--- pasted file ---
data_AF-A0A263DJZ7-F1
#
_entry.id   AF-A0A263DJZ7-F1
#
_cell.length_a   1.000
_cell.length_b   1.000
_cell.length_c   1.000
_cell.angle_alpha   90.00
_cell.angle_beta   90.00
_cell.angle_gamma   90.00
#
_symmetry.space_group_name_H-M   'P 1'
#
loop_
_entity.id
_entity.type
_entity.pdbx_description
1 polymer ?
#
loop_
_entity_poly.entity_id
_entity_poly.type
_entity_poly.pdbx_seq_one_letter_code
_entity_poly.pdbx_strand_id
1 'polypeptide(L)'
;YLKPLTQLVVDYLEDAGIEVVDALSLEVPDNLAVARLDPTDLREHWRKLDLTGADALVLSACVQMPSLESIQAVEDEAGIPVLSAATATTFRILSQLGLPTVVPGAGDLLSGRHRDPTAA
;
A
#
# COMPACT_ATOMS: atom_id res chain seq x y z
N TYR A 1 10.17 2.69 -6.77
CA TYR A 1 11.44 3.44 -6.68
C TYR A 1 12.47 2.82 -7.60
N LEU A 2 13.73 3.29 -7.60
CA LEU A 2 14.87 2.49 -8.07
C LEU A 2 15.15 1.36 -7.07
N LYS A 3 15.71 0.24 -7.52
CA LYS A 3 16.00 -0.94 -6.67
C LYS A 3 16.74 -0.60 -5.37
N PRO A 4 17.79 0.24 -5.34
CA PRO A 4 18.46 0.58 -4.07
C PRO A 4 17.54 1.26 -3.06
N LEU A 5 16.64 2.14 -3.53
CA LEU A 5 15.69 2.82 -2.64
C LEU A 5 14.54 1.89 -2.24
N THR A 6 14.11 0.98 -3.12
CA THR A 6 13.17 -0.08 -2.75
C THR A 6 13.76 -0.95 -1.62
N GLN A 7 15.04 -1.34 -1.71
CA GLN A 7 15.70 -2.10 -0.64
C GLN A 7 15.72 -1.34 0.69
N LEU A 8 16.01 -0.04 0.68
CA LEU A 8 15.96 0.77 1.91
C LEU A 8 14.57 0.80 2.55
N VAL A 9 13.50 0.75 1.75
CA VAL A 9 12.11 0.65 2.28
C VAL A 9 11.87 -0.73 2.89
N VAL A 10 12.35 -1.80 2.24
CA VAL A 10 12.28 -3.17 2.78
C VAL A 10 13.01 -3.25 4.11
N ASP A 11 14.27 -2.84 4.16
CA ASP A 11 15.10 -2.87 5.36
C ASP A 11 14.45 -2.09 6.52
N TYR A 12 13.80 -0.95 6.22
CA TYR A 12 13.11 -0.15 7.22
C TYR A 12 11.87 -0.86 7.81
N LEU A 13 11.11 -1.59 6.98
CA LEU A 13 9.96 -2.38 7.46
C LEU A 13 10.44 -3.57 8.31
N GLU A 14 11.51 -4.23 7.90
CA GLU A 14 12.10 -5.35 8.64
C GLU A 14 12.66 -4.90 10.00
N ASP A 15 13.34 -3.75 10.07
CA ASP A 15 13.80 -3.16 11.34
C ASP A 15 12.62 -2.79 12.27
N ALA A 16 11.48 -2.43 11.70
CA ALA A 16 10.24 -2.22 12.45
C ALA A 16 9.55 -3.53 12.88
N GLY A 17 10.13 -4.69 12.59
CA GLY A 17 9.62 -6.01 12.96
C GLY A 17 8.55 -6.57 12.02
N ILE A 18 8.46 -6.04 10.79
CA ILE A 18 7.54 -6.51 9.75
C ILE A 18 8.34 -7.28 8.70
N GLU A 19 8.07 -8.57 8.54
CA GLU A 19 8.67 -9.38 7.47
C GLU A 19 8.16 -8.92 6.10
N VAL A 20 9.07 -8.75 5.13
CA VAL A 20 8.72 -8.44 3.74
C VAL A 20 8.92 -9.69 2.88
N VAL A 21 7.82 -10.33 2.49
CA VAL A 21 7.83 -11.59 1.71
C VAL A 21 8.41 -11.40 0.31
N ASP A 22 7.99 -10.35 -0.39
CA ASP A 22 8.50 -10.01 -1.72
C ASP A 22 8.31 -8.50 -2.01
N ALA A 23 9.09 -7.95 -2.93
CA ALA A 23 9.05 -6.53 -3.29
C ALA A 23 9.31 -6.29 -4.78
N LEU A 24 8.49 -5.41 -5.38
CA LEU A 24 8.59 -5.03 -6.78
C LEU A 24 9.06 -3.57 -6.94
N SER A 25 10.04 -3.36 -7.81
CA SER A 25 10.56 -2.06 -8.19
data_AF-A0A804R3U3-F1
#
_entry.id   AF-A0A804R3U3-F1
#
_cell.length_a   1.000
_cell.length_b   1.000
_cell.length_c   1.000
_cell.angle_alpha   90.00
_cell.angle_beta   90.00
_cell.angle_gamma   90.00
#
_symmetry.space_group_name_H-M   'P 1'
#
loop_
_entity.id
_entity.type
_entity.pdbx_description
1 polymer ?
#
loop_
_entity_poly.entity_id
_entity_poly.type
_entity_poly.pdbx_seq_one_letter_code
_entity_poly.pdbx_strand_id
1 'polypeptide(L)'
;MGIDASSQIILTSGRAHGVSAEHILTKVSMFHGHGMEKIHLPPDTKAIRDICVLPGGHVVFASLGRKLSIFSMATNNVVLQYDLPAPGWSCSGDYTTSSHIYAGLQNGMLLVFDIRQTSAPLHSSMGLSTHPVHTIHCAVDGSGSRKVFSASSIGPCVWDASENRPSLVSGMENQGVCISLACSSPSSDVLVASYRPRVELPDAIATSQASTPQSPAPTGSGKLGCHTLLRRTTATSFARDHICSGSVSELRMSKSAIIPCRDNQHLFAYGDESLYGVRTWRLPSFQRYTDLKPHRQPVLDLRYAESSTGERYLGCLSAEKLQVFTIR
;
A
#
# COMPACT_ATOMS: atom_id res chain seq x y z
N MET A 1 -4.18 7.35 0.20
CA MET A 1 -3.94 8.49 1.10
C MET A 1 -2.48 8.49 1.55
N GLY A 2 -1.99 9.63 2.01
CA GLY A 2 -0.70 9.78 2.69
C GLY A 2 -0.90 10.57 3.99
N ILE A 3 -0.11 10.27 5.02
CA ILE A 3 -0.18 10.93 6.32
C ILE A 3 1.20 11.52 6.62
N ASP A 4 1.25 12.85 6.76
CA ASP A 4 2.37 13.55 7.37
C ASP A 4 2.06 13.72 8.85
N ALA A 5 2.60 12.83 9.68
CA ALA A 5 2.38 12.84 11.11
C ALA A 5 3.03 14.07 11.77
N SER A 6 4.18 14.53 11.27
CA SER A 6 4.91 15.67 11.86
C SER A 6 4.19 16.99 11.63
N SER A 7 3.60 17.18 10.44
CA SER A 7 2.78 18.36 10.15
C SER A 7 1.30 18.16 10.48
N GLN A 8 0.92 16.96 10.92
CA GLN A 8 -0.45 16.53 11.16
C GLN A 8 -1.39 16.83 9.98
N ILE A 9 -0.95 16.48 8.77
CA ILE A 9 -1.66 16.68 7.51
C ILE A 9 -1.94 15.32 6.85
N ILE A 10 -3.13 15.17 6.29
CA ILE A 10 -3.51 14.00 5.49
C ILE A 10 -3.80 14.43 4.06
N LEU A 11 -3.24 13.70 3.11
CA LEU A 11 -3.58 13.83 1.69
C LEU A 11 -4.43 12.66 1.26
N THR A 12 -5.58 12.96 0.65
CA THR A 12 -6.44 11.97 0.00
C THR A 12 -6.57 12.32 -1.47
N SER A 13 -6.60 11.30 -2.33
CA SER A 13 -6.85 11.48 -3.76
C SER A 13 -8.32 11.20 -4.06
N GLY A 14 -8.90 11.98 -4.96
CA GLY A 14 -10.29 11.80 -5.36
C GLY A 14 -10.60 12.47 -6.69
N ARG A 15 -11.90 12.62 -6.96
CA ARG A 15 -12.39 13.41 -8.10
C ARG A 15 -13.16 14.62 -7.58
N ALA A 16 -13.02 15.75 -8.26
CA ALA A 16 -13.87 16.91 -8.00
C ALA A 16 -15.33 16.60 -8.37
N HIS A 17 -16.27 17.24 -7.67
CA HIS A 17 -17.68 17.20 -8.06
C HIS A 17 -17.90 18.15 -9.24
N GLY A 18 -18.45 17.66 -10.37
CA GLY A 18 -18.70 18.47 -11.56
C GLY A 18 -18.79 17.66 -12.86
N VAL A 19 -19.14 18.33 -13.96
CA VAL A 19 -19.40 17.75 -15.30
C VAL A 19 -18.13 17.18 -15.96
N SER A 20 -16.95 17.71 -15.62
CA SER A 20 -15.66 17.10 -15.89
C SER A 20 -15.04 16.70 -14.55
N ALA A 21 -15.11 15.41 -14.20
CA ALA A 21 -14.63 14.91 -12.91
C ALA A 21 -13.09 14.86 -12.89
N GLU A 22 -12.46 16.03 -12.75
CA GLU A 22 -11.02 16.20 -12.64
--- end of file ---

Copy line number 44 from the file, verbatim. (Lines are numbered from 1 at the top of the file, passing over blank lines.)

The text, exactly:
CA LEU A 5 15.69 2.82 -2.64